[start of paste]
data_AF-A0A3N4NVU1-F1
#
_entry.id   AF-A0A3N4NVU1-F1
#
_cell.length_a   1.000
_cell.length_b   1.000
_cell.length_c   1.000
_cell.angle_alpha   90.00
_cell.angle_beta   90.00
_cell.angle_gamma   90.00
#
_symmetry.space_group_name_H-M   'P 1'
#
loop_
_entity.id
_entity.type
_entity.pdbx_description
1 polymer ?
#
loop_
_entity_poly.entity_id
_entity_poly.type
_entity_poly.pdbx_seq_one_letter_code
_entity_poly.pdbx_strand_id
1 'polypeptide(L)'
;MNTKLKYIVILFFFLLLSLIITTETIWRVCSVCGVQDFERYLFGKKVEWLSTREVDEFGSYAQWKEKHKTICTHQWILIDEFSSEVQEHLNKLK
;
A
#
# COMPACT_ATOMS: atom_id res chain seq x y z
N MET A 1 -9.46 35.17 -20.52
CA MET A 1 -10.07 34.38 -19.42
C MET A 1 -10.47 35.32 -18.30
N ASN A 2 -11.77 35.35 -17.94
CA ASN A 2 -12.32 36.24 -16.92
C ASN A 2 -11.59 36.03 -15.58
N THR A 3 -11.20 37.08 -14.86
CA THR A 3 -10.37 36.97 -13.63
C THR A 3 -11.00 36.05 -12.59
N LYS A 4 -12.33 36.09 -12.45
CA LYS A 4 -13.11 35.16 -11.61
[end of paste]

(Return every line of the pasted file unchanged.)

data_AF-A0A3N4NVU1-F1
#
_entry.id   AF-A0A3N4NVU1-F1
#
_cell.length_a   1.000
_cell.length_b   1.000
_cell.length_c   1.000
_cell.angle_alpha   90.00
_cell.angle_beta   90.00
_cell.angle_gamma   90.00
#
_symmetry.space_group_name_H-M   'P 1'
#
loop_
_entity.id
_entity.type
_entity.pdbx_description
1 polymer ?
#
loop_
_entity_poly.entity_id
_entity_poly.type
_entity_poly.pdbx_seq_one_letter_code
_entity_poly.pdbx_strand_id
1 'polypeptide(L)'
;MNTKLKYIVILFFFLLLSLIITTETIWRVCSVCGVQDFERYLFGKKVEWLSTREVDEFGSYAQWKEKHKTICTHQWILIDEFSSEVQEHLNKLK
;
A
#
# COMPACT_ATOMS: atom_id res chain seq x y z
N MET A 1 -9.46 35.17 -20.52
CA MET A 1 -10.07 34.38 -19.42
C MET A 1 -10.47 35.32 -18.30
N ASN A 2 -11.77 35.35 -17.94
CA ASN A 2 -12.32 36.24 -16.92
C ASN A 2 -11.59 36.03 -15.58
N THR A 3 -11.20 37.08 -14.86
CA THR A 3 -10.37 36.97 -13.63
C THR A 3 -11.00 36.05 -12.59
N LYS A 4 -12.33 36.09 -12.45
CA LYS A 4 -13.11 35.16 -11.61